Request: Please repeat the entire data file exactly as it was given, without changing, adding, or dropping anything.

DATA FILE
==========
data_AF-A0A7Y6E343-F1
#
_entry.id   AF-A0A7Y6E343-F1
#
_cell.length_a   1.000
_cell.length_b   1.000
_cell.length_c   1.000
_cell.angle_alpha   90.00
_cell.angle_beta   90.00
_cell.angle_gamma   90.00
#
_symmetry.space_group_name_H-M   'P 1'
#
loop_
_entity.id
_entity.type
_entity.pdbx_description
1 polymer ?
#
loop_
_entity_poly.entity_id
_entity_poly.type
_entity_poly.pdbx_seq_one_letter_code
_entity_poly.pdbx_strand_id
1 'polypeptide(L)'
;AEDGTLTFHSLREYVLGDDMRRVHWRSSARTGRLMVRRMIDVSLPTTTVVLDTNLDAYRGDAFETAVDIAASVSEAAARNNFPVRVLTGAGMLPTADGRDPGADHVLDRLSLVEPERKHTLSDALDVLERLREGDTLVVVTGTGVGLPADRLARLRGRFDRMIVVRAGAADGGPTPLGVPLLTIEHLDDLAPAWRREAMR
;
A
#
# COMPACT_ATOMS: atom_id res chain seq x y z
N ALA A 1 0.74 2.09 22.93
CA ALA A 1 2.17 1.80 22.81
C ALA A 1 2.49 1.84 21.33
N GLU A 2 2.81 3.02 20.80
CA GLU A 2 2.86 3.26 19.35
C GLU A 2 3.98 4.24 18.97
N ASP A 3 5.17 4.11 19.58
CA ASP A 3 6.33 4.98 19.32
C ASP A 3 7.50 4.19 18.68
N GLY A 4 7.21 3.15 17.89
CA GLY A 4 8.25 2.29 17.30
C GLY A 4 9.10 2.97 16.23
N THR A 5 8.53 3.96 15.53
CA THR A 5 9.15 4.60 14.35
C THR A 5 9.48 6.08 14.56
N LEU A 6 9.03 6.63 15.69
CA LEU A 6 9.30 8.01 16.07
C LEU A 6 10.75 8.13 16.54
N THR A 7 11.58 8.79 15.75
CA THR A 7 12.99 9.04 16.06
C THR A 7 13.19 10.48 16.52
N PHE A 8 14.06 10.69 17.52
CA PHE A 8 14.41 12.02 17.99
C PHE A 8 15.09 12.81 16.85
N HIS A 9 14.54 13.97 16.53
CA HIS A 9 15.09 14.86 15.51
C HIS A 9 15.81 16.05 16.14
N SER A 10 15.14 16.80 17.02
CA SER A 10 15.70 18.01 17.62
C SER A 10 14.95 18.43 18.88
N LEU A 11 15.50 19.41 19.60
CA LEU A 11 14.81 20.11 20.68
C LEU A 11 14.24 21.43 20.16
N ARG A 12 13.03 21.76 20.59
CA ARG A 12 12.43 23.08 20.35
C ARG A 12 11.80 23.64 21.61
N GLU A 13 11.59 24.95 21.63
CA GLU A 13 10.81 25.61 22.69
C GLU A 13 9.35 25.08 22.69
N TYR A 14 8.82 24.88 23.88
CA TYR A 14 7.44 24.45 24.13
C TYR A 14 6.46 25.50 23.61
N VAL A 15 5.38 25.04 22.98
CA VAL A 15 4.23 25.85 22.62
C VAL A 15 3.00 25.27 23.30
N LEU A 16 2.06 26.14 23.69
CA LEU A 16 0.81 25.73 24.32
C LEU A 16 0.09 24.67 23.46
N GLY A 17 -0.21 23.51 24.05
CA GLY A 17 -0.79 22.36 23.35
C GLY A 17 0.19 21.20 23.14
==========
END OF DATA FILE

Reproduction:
data_AF-A0A7Y6E343-F1
#
_entry.id   AF-A0A7Y6E343-F1
#
_cell.length_a   1.000
_cell.length_b   1.000
_cell.length_c   1.000
_cell.angle_alpha   90.00
_cell.angle_beta   90.00
_cell.angle_gamma   90.00
#
_symmetry.space_group_name_H-M   'P 1'
#
loop_
_entity.id
_entity.type
_entity.pdbx_description
1 polymer ?
#
loop_
_entity_poly.entity_id
_entity_poly.type
_entity_poly.pdbx_seq_one_letter_code
_entity_poly.pdbx_strand_id
1 'polypeptide(L)'
;AEDGTLTFHSLREYVLGDDMRRVHWRSSARTGRLMVRRMIDVSLPTTTVVLDTNLDAYRGDAFETAVDIAASVSEAAARNNFPVRVLTGAGMLPTADGRDPGADHVLDRLSLVEPERKHTLSDALDVLERLREGDTLVVVTGTGVGLPADRLARLRGRFDRMIVVRAGAADGGPTPLGVPLLTIEHLDDLAPAWRREAMR
;
A
#
# COMPACT_ATOMS: atom_id res chain seq x y z
N ALA A 1 0.74 2.09 22.93
CA ALA A 1 2.17 1.80 22.81
C ALA A 1 2.49 1.84 21.33
N GLU A 2 2.81 3.02 20.80
CA GLU A 2 2.86 3.26 19.35
C GLU A 2 3.98 4.24 18.97
N ASP A 3 5.17 4.11 19.58
CA ASP A 3 6.33 4.98 19.32
C ASP A 3 7.50 4.19 18.68
N GLY A 4 7.21 3.15 17.89
CA GLY A 4 8.25 2.29 17.30
C GLY A 4 9.10 2.97 16.23
N THR A 5 8.53 3.96 15.53
CA THR A 5 9.15 4.60 14.35
C THR A 5 9.48 6.08 14.56
N LEU A 6 9.03 6.63 15.69
CA LEU A 6 9.30 8.01 16.07
C LEU A 6 10.75 8.13 16.54
N THR A 7 11.58 8.79 15.75
CA THR A 7 12.99 9.04 16.06
C THR A 7 13.19 10.48 16.52
N PHE A 8 14.06 10.69 17.52
CA PHE A 8 14.41 12.02 17.99
C PHE A 8 15.09 12.81 16.85
N HIS A 9 14.54 13.97 16.53
CA HIS A 9 15.09 14.86 15.51
C HIS A 9 15.81 16.05 16.14
N SER A 10 15.14 16.80 17.02
CA SER A 10 15.70 18.01 17.62
C SER A 10 14.95 18.43 18.88
N LEU A 11 15.50 19.41 19.60
CA LEU A 11 14.81 20.11 20.68
C LEU A 11 14.24 21.43 20.16
N ARG A 12 13.03 21.76 20.59
CA ARG A 12 12.43 23.08 20.35
C ARG A 12 11.80 23.64 21.61
N GLU A 13 11.59 24.95 21.63
CA GLU A 13 10.81 25.61 22.69
C GLU A 13 9.35 25.08 22.69
N TYR A 14 8.82 24.88 23.88
CA TYR A 14 7.44 24.45 24.13
C TYR A 14 6.46 25.50 23.61
N VAL A 15 5.38 25.04 22.98
CA VAL A 15 4.23 25.85 22.62
C VAL A 15 3.00 25.27 23.30
N LEU A 16 2.06 26.14 23.69
CA LEU A 16 0.81 25.73 24.32
C LEU A 16 0.09 24.67 23.46
N GLY A 17 -0.21 23.51 24.05
CA GLY A 17 -0.79 22.36 23.35
C GLY A 17 0.19 21.20 23.14